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From m...@apache.org
Subject svn commit: r1835012 [2/5] - in /knox: site/books/knox-0-10-0/ site/books/knox-0-11-0/ site/books/knox-0-12-0/ site/books/knox-0-13-0/ site/books/knox-0-14-0/ site/books/knox-0-3-0/ site/books/knox-0-4-0/ site/books/knox-0-5-0/ site/books/knox-0-6-0/ s...
Date Tue, 03 Jul 2018 19:13:37 GMT
Modified: knox/site/books/knox-1-1-0/user-guide.html
URL: http://svn.apache.org/viewvc/knox/site/books/knox-1-1-0/user-guide.html?rev=1835012&r1=1835011&r2=1835012&view=diff
==============================================================================
--- knox/site/books/knox-1-1-0/user-guide.html (original)
+++ knox/site/books/knox-1-1-0/user-guide.html Tue Jul  3 19:13:36 2018
@@ -38,7 +38,9 @@
       <li><a href="#Externalized+Provider+Configurations">Externalized Provider Configurations</a></li>
       <li><a href="#Sharing+HA+Providers">Sharing HA Providers</a></li>
       <li><a href="#Simplified+Descriptor+Files">Simplified Descriptor Files</a></li>
-      <li><a href="#Cluster+Configuration+Monitoring">Cluster Configuration Monitoring</a></li>
+    </ul></li>
+    <li><a href="#Cluster+Configuration+Monitoring">Cluster Configuration Monitoring</a>
+    <ul>
       <li><a href="#Remote+Configuration+Monitor">Remote Configuration Monitor</a></li>
       <li><a href="#Remote+Configuration+Registry+Clients">Remote Configuration Registry Clients</a></li>
       <li><a href="#Remote+Alias+Discovery">Remote Alias Discovery</a></li>
@@ -159,11 +161,11 @@
   <li>Do Hadoop with Knox</li>
 </ol><h3><a id="1+-+Requirements">1 - Requirements</a> <a href="#1+-+Requirements"><img src="markbook-section-link.png"/></a></h3><h4><a id="Java">Java</a> <a href="#Java"><img src="markbook-section-link.png"/></a></h4><p>Java 1.8 is required for the Knox Gateway runtime. Use the command below to check the version of Java installed on the system where Knox will be running.</p>
 <pre><code>java -version
-</code></pre><h4><a id="Hadoop">Hadoop</a> <a href="#Hadoop"><img src="markbook-section-link.png"/></a></h4><p>Knox 1.1.0 supports Hadoop 3.x, the quick start instructions assume a Hadoop 2.x virtual machine based environment.</p><h3><a id="2+-+Download+Hadoop+2.x+VM">2 - Download Hadoop 2.x VM</a> <a href="#2+-+Download+Hadoop+2.x+VM"><img src="markbook-section-link.png"/></a></h3><p>The quick start provides a link to download Hadoop 2.0 based Hortonworks virtual machine <a href="http://hortonworks.com/products/hdp-2/#install">Sandbox</a>. Please note Knox supports other Hadoop distributions and is configurable against a full-blown Hadoop cluster. Configuring Knox for Hadoop 2.x version, or Hadoop deployed in EC2 or a custom Hadoop cluster is documented in advance deployment guide.</p><h3><a id="3+-+Download+Apache+Knox+Gateway">3 - Download Apache Knox Gateway</a> <a href="#3+-+Download+Apache+Knox+Gateway"><img src="markbook-section-link.png"/></a></h3><p>Download one of the dist
 ributions below from the <a href="http://www.apache.org/dyn/closer.cgi/knox">Apache mirrors</a>.</p>
+</code></pre><h4><a id="Hadoop">Hadoop</a> <a href="#Hadoop"><img src="markbook-section-link.png"/></a></h4><p>Knox 1.1.0 supports Hadoop 2.x and 3.x, the quick start instructions assume a Hadoop 2.x virtual machine based environment.</p><h3><a id="2+-+Download+Hadoop+2.x+VM">2 - Download Hadoop 2.x VM</a> <a href="#2+-+Download+Hadoop+2.x+VM"><img src="markbook-section-link.png"/></a></h3><p>The quick start provides a link to download Hadoop 2.0 based Hortonworks virtual machine <a href="http://hortonworks.com/products/hdp-2/#install">Sandbox</a>. Please note Knox supports other Hadoop distributions and is configurable against a full-blown Hadoop cluster. Configuring Knox for Hadoop 2.x version, or Hadoop deployed in EC2 or a custom Hadoop cluster is documented in advance deployment guide.</p><h3><a id="3+-+Download+Apache+Knox+Gateway">3 - Download Apache Knox Gateway</a> <a href="#3+-+Download+Apache+Knox+Gateway"><img src="markbook-section-link.png"/></a></h3><p>Download one of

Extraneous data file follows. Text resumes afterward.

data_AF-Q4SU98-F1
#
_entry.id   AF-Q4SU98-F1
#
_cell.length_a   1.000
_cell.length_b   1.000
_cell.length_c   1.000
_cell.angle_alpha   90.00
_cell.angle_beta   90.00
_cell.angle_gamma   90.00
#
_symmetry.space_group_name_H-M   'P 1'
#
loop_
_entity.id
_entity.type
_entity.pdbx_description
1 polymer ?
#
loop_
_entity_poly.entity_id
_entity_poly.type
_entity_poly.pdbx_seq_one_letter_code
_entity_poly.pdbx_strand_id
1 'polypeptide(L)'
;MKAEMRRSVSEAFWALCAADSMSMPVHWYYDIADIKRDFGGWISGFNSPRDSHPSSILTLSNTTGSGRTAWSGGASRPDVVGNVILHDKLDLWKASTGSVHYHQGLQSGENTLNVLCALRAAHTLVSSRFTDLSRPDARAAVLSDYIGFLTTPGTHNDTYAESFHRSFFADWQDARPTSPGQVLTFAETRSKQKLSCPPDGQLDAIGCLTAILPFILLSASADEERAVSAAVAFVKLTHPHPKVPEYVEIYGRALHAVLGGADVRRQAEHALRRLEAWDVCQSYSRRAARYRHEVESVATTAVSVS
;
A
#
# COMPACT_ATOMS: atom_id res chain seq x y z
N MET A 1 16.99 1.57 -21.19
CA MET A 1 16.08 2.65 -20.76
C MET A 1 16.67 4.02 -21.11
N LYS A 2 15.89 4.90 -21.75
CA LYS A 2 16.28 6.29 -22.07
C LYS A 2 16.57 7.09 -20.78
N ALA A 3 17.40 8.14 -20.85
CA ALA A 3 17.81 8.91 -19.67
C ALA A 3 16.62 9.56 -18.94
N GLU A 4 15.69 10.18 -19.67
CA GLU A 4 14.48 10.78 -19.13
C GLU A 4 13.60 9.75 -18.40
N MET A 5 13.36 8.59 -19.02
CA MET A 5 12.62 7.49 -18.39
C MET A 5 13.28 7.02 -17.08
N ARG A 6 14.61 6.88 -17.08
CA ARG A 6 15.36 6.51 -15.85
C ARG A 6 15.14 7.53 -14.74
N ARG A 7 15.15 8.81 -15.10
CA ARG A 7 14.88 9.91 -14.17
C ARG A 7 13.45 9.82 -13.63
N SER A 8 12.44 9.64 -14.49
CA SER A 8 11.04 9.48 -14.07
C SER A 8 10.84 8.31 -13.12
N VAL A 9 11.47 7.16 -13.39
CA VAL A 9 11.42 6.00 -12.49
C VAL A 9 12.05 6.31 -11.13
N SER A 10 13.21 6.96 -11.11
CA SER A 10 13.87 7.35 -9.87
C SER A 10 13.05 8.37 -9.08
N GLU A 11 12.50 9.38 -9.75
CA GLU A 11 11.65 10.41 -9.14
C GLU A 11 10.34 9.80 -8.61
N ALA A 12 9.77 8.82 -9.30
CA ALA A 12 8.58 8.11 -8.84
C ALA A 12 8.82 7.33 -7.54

the distributions below from the <a href="http://www.apache.org/dyn/closer.cgi/knox">Apache mirrors</a>.</p>
 <ul>
   <li>Source archive: <a href="http://www.apache.org/dyn/closer.cgi/knox/1.1.0/knox-1.1.0-src.zip">knox-1.1.0-src.zip</a> (<a href="http://www.apache.org/dist/knox/1.1.0/knox-1.1.0-src.zip.asc">PGP signature</a>, <a href="http://www.apache.org/dist/knox/1.1.0/knox-1.1.0-src.zip.sha">SHA1 digest</a>, <a href="http://www.apache.org/dist/knox/1.1.0/knox-1.1.0-src.zip.md5">MD5 digest</a>)</li>
   <li>Binary archive: <a href="http://www.apache.org/dyn/closer.cgi/knox/1.1.0/knox-1.1.0.zip">knox-1.1.0.zip</a> (<a href="http://www.apache.org/dist/knox/1.1.0/knox-1.1.0.zip.asc">PGP signature</a>, <a href="http://www.apache.org/dist/knox/1.1.0/knox-1.1.0.zip.sha">SHA1 digest</a>, <a href="http://www.apache.org/dist/knox/1.1.0/knox-1.1.0.zip.md5">MD5 digest</a>)</li>
-</ul><p>Apache Knox Gateway releases are available under the <a href="http://www.apache.org/licenses/LICENSE-2.0">Apache License, Version 2.0</a>. See the NOTICE file contained in each release artifact for applicable copyright attribution notices.</p><h3><a id="Verify">Verify</a> <a href="#Verify"><img src="markbook-section-link.png"/></a></h3><p>While recommended, verify is an optional step. You can verify the integrity of any downloaded files using the PGP signatures. Please read <a href="http://httpd.apache.org/dev/verification.html">Verifying Apache HTTP Server Releases</a> for more information on why you should verify our releases.</p><p>The PGP signatures can be verified using PGP or GPG. First download the <a href="https://dist.apache.org/repos/dist/release/knox/KEYS">KEYS</a> file as well as the .asc signature files for the relevant release packages. Make sure you get these files from the main distribution directory linked above, rather than from a mirror. Then verify the si